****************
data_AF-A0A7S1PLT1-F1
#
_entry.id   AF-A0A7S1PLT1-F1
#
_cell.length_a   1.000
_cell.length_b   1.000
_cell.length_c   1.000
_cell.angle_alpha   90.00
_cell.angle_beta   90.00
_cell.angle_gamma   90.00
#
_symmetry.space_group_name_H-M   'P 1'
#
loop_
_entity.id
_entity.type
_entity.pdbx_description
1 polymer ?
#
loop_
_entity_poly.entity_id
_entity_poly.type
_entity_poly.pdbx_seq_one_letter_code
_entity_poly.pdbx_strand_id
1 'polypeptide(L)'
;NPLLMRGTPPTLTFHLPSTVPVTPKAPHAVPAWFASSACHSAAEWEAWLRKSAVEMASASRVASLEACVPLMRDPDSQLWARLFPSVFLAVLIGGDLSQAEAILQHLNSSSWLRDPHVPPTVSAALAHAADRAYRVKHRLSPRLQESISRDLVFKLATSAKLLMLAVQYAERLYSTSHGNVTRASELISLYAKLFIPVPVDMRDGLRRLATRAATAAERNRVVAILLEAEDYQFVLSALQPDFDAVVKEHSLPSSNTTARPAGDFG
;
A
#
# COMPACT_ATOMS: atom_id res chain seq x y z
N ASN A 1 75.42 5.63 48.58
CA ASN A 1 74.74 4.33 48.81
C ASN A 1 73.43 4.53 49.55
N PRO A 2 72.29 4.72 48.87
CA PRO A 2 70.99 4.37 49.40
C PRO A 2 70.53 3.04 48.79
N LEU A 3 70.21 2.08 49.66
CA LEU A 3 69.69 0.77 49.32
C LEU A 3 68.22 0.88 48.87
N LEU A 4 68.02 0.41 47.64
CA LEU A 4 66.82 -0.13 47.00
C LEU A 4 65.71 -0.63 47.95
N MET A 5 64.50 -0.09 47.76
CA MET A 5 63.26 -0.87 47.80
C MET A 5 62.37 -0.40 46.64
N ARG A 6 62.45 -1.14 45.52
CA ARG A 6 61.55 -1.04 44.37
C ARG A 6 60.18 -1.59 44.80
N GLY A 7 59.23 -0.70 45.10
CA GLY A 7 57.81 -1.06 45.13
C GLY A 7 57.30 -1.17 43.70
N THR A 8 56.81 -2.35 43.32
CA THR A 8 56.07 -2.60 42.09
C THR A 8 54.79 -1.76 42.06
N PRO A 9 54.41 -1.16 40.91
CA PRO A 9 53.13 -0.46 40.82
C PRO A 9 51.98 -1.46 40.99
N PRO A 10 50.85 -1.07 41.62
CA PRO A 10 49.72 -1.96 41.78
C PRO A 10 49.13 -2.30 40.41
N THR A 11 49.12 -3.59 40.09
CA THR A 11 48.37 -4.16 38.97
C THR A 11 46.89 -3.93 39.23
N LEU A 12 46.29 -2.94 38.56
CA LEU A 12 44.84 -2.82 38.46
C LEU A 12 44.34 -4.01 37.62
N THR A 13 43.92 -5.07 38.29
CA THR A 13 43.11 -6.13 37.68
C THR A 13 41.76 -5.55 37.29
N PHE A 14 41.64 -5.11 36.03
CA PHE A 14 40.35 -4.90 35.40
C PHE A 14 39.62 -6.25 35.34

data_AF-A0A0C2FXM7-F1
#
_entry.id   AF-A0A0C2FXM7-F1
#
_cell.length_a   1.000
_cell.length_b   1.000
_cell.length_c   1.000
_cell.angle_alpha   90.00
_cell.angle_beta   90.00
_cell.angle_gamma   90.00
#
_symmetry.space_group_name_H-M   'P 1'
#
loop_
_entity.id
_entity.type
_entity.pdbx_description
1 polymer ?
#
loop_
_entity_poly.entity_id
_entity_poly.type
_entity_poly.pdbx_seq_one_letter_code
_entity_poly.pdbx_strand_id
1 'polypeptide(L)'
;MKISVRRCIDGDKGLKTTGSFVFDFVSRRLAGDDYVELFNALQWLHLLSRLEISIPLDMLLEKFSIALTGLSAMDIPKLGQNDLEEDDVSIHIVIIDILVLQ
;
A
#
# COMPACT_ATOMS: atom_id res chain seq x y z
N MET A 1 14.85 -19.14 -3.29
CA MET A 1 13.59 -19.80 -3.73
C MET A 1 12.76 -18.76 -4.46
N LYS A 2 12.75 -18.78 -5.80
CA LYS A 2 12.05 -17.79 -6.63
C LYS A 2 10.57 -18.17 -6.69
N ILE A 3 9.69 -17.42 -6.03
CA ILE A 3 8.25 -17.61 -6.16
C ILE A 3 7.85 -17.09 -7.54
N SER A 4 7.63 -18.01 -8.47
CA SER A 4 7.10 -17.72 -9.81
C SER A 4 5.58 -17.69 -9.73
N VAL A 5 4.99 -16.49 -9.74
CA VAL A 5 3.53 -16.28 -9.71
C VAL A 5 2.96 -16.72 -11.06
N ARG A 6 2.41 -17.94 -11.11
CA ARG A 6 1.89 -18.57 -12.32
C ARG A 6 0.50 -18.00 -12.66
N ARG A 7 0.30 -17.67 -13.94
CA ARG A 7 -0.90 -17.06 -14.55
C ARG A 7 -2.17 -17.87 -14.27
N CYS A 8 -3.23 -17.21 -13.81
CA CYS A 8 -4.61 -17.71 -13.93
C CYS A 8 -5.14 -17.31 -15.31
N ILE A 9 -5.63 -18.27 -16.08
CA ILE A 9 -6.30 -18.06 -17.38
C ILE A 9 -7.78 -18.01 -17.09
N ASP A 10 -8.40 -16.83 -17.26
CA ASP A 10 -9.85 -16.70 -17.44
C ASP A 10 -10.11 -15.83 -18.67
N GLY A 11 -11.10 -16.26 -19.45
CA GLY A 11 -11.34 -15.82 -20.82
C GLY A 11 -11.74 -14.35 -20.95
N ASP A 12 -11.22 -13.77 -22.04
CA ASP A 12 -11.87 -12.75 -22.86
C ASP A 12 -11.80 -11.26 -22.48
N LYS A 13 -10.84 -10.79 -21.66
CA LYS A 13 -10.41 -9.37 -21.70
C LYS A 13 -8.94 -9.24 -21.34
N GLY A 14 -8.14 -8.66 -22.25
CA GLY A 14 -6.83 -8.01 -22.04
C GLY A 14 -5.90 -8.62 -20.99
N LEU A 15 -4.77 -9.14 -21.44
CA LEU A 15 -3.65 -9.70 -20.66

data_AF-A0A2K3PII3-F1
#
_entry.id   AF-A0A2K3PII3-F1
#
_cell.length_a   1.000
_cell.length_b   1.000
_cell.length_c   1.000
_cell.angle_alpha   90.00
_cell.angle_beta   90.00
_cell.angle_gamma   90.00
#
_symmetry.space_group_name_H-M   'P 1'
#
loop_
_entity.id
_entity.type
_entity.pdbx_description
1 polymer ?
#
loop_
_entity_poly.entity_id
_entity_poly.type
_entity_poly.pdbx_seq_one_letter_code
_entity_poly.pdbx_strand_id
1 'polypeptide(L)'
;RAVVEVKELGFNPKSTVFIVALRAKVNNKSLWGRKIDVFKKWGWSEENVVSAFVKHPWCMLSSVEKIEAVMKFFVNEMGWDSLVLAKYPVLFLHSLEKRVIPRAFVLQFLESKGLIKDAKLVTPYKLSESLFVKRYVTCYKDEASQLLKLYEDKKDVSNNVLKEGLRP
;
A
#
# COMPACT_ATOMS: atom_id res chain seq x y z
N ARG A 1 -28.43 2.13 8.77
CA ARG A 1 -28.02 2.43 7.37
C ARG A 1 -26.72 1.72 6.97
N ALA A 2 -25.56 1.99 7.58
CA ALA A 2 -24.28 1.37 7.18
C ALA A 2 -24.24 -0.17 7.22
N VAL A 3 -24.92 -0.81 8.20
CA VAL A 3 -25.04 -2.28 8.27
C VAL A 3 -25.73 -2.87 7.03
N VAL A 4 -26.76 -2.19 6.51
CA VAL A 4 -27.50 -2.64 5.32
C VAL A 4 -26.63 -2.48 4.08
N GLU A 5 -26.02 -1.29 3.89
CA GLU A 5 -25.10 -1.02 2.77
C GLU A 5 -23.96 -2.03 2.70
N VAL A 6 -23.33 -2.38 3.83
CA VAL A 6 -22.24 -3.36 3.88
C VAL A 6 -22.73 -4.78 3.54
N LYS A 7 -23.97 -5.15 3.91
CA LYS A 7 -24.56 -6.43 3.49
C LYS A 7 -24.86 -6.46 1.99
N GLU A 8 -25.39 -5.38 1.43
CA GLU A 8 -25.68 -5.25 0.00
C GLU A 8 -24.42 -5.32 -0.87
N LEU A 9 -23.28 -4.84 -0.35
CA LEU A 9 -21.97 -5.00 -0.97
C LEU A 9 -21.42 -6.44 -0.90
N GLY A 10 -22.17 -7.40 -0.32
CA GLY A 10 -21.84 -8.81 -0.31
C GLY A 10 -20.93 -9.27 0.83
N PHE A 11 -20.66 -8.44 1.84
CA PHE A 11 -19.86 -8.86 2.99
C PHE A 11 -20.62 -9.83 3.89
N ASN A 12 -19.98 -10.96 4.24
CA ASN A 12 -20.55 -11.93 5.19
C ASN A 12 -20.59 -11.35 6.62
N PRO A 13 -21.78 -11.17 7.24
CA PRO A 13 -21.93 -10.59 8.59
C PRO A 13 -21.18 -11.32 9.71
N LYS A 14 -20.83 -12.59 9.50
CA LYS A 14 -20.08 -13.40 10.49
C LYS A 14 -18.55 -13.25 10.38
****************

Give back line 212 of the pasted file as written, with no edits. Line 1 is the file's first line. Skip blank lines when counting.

C ASN A 12 -20.59 -11.35 6.62